". . . Lucky for Jensen, administrators at the University of South Carolina's Moore School of Business (Moore Undergraduate Business Profile)—just 100 miles from his home in Greenville—were finalizing plans to introduce what can only be described as an extreme immersion option for undergraduate business majors called International Business and Chinese Enterprise (IBCE). The program could have been designed specifically for Jensen."
  • Fox News Latino, Feb. 24, 2011
    S. Carolina business sector divided over anti-immigrant bill
    ". . . According to Elaine Lacy, a researcher at the University of South Carolina Aiken, if undocumented immigrants leave, the state would lose $1.8 billion in consumer spending, $783 million in production and about 12,000 jobs."
  • Education Week, Feb. 22, 2011
    Evaluating the Evaluators: The Evaluation of Teacher Education Programs Needs to Be Rigorous [column, by Les Sternberg, dean of the College of Education]
    "Not a day seems to go by without yet another announcement of an attempt to fix what is ostensibly wrong with education. Recently, U.S. News & World Report indicated that it is now going to get into the business of evaluating teacher education programs offered by institutions of higher education. On the surface, this seems to mirror what the publication has been doing for years: providing rankings of colleges and universities and many degree programs. These rankings continue to produce spirited debate, especially regarding the criteria that are used to judge institutions. What U.S. News & World Report is now going to embark on is pure folly."
  • Forbes, Feb. 21, 2011
    The Outrage Over the Borders Bankruptcy Filing [column, by Marianne Bickle, chair of the department of retailing and director of the Center for Retailing]
    "The recent announcement of the bankruptcy filing by Borders should not surprise anyone. It certainly didn’t surprise anyone who reads the newspapers."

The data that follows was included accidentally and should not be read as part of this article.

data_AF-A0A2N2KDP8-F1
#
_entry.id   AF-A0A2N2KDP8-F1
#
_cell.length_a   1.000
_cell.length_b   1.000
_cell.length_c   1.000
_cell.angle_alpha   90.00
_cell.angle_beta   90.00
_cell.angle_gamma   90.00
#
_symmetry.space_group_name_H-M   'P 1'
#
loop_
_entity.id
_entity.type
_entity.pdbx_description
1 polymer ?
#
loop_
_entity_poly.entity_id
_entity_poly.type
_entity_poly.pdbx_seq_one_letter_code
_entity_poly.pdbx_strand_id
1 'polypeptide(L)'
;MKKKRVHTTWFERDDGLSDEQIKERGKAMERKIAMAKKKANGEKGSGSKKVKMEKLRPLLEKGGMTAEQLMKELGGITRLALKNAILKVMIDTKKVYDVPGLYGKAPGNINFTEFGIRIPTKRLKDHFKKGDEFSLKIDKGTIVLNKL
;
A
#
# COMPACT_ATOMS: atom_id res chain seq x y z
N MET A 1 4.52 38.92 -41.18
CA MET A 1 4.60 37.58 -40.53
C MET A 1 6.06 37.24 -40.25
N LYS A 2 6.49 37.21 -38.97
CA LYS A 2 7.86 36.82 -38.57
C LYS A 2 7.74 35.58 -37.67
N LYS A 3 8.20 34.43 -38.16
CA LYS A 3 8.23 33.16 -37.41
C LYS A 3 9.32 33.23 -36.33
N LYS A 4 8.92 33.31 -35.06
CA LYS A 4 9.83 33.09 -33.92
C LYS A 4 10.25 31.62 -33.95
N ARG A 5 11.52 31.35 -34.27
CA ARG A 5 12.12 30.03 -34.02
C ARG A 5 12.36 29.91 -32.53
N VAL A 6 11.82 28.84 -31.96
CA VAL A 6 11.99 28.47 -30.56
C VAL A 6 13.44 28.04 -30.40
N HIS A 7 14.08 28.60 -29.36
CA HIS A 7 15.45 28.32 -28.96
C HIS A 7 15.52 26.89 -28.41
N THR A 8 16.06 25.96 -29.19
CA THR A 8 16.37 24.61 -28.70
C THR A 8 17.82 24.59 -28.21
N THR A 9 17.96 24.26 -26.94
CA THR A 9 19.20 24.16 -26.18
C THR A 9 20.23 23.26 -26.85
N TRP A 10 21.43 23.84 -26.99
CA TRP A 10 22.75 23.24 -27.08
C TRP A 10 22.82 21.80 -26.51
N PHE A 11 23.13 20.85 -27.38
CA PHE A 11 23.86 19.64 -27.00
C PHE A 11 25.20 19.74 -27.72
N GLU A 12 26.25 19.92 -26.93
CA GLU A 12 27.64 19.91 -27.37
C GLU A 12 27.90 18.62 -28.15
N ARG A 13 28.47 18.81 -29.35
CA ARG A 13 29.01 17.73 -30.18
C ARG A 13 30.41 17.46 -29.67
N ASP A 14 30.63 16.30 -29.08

• Psychology Today, Feb. 21, 2011
    What Honest Abe Would Say About Cut and Paste Plagarism in the Age of Email
    ". . . The weekend edition of my sleepy town's paper reported on a University of South Carolina study that found 92% of the participants lied when communicating via Email (all efforts to find the original study failed so for the purposes of this post, I am going to give the newspaper the benefit of the doubt)."
  • The Washington Post, Feb. 20, 2011
    Two books on blacks and the White House [review, by Patricia Sullivan, professor of history]
    "On Jan. 20, 2009, more than 1 million people crowded into Washington, D.C., to witness and celebrate the inauguration of Barack Obama."
  • The (Toronto) National Post, Feb. 19, 2011
    Doctor Rocker: A McMaster prof knows why Bono can turn a lemon into a beautiful day
    ". . . Andrews is not only a health expert, but also a devoted pop music fan. Along with his colleagues Robin Kearns at the University of Auckland, Edward Carr at the University of South Carolina and Paul Kingsbury at Simon Fraser University, Andrews has just published a paper entitled 'Cool aid? Health, well-being and place in the work of Bono and U2,' and the results are astounding. Apparently, listening to U2 might be good for your health."
  • Asian Journal, Feb. 19, 2011
    Is fame equal to talent?
    ". . . Matthew Deflem, a professor in the University of South Carolina, examined the culture of fame and how Lady Gaga unlocked its secrets to catapult herself into popularity."
  • The (Biloxi/Gulfport, Miss.) Sun Herald, Feb. 19, 2011
    Geographer re-creates ‘The Great Louisiana Hurricane of 1812’
    ". . . But a University of South Carolina geographer has reconstructed the storm, using maritime records, and has uncovered new information about its intensity, how it was formed and the track it took."
  • The Economist, Feb. 17, 2011
    New world order